Health Department

Loudoun County health officials say an employee at Señor Ramon restaurant at 22455 Davis Dr. in Sterling has been diagnosed with hepatitis A. As a result, anyone who ate at the restaurant from July 10 through July 26 may have been exposed to the virus.

Management at Señor Ramon notified the Loudoun County Health Department about the situation and has been complying with all requests, according to county officials, who added that there is no indication of any food products at Señor Ramon being the source of infection. Additionally, there is no indication that patrons at other locations were affected.

Anyone who has not been vaccinated for hepatitis A, nor had the disease in the past, is susceptible to infection.

Hepatitis A is an inflammation of the liver caused by the hepatitis A virus. The classic symptom is jaundice, which is a yellowing of the skin or eyes. Other symptoms of hepatitis A include fever, fatigue, loss of appetite, nausea, vomiting, abdominal pain, dark urine and light-colored stools. Symptoms develop 15 to 50 days after exposure to the virus, which can occur through direct contact with another person who has the infection or by consuming food or drink that has been contaminated with the virus. People are at increased risk of acquiring hepatitis A when they have been in close and continuous contact with an infected individual, particularly in a household or day care setting, according to health officials.

While vaccination is not considered helpful more than 14 days after exposure, county officials say it is still important to contact your medical provider to be evaluated if you are experiencing any of the symptoms listed above, even after two weeks have elapsed. Anyone with symptoms of hepatitis A is urged to stay home from work, especially if they work in food service, health care or childcare.

Frequent handwashing with soap and warm water after using the bathroom, changing a diaper or before preparing food can help prevent the spread of hepatitis A.

Routine vaccination against hepatitis A has reduced the risk of this disease in the past decade.

More information can be found at

(9) comments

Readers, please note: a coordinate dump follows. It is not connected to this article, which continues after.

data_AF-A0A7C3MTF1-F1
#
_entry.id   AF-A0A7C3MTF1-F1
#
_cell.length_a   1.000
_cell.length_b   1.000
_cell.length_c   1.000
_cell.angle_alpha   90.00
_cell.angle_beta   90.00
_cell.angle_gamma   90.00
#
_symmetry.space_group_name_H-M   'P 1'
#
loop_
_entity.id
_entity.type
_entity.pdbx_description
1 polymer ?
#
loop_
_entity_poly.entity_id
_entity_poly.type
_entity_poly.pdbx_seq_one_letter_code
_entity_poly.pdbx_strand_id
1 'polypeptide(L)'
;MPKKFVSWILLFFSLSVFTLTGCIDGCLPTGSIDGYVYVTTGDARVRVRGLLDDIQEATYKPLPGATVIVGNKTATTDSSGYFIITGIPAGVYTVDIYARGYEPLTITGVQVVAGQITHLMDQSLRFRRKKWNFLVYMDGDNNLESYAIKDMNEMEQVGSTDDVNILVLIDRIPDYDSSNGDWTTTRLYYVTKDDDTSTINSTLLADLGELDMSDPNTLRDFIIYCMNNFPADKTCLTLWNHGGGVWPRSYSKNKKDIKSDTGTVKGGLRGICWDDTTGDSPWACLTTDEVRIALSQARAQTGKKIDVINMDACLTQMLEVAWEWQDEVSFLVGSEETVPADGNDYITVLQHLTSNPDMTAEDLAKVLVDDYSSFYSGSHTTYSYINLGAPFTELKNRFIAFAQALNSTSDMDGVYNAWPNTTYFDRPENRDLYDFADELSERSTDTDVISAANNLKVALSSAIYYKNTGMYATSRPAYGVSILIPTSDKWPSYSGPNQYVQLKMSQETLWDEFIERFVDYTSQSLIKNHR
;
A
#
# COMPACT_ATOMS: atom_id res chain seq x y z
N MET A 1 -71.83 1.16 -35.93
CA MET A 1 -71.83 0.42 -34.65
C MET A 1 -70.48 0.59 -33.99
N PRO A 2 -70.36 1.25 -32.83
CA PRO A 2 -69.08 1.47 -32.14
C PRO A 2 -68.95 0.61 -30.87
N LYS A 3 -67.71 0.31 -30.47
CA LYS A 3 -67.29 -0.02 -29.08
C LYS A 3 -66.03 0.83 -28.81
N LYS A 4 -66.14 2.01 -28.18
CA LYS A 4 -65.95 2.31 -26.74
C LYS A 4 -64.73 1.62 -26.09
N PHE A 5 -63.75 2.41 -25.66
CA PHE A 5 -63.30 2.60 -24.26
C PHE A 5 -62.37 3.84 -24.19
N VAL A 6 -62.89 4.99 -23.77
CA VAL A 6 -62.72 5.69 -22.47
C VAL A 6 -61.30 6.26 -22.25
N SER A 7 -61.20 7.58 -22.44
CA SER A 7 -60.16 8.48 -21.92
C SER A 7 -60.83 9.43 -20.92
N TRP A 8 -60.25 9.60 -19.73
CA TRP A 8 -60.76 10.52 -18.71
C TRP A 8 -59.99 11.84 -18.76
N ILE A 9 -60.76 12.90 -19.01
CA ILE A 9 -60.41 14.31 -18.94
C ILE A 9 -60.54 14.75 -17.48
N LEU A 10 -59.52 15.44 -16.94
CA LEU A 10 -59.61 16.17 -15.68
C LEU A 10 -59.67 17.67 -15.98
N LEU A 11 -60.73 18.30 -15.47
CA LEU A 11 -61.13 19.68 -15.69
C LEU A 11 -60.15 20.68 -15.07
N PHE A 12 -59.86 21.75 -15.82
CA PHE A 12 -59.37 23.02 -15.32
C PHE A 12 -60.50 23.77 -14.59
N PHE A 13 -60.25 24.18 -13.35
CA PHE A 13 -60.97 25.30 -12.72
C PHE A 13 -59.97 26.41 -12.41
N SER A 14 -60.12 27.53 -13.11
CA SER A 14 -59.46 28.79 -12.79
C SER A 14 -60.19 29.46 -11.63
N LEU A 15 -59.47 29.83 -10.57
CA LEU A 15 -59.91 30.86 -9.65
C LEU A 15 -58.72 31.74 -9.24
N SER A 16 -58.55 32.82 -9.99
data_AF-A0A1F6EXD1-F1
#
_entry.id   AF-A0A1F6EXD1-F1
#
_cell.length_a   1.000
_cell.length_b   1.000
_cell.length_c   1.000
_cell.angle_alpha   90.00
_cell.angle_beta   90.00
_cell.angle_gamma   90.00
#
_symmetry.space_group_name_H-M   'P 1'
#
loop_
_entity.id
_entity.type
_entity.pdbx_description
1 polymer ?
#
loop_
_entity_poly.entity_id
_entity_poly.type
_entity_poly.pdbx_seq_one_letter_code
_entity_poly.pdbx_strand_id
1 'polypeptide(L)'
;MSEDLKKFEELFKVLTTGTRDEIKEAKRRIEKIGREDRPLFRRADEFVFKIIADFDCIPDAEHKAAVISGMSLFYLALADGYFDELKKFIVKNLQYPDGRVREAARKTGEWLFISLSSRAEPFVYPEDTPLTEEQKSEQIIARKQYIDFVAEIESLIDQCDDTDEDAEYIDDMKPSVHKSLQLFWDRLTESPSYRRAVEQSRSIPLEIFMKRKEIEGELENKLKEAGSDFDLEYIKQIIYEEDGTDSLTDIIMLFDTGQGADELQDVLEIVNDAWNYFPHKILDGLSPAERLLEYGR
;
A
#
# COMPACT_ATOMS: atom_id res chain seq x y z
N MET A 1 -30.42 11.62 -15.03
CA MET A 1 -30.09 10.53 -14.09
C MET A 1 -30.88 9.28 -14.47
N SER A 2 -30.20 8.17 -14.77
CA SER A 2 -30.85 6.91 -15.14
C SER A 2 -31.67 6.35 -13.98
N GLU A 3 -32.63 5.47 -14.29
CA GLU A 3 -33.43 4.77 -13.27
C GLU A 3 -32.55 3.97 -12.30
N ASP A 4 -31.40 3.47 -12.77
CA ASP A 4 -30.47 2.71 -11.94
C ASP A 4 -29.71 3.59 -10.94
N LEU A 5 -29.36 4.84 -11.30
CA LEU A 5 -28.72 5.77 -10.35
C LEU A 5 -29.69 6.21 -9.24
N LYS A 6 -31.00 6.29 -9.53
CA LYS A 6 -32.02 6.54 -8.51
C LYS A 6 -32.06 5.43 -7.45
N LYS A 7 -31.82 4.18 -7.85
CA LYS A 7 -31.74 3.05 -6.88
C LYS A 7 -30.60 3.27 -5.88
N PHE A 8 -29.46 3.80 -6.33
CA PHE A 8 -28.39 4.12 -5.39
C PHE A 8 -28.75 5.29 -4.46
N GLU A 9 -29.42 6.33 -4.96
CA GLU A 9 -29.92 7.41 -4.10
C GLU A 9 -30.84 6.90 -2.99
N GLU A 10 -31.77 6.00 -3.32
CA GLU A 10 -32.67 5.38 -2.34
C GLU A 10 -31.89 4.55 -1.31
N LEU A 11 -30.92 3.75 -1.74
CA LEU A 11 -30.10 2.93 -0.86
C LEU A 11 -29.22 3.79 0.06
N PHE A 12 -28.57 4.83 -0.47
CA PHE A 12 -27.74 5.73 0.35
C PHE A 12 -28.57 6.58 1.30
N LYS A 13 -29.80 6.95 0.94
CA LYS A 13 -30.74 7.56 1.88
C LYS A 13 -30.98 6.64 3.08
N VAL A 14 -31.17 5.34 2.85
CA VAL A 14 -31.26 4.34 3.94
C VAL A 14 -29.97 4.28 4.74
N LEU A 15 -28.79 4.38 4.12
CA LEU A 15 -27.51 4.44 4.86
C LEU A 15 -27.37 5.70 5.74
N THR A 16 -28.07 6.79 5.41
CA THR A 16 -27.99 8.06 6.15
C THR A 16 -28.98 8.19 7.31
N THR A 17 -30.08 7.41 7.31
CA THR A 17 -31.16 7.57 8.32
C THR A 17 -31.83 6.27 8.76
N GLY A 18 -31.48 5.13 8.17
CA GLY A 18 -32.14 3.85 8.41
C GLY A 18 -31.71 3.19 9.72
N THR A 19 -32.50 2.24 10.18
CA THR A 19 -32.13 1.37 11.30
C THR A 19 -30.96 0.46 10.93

Diseases that are endemic to other countries are not always the same ones that we face in the United States. This is a medical observation, not a political one


It is very common. It can be passed person to person and from shellfish.


LoudounSucks, CindyLou — Maybe I missed it but I don’t see anything in the article about the employees nationality or ethnicity. To bring race into this issue is very odd and dare I say, racist on your part. If there was a point you were both trying to make, I think your comments only revealed your own biases and prejudices.

Best wishes to the sick employee and hopefully it was contained quick enough to prevent further infections.


Sarcasm, LFR. Hang around the comments section on LTM, and you'll see illegal immigrants blamed for everything from traffic to indigestion around here. For my part, I think everyone here is illegal unless you speak any of the indigenous American languages.


LoudounSucks…..HA! yep wait for it! All I know is that Hep "A" is most often spread by people who don't wash their hands after using the bathroom!!! There is also an immunization against this disease. They offer the vaccine at most Safeway's and CVS Pharmacies and Walgreens. It's a shame people don't get vaccinated and wash their hands!!!!


Cue illegal immigrants being blamed in the comment section in 3... 2... 1...

David Dickinson

Unvaccinated illegal aliens are a key problem with illegal migration.


Ding ding ding! The first one chimes in, ladies and germs!


The biggest outbreak we have had recently was measles which came from an unvaccinated child contracted the virus in Israel. An international traveler brought measles to Rockland County, New York, in September 2018. The reason it became an epidemic, according to the CDC is that it spread in U.S. communities that have unvaccinated people and that they recently said that the outbreaks have been triggered by unvaccinated US residents who have traveled to Philippines (14 cases), Ukraine (8), Israel (5), Thailand (3), Vietnam (2), Germany (2), Algeria, France, India, Lithuania, Russia, and the United Kingdom (1 case from each country).

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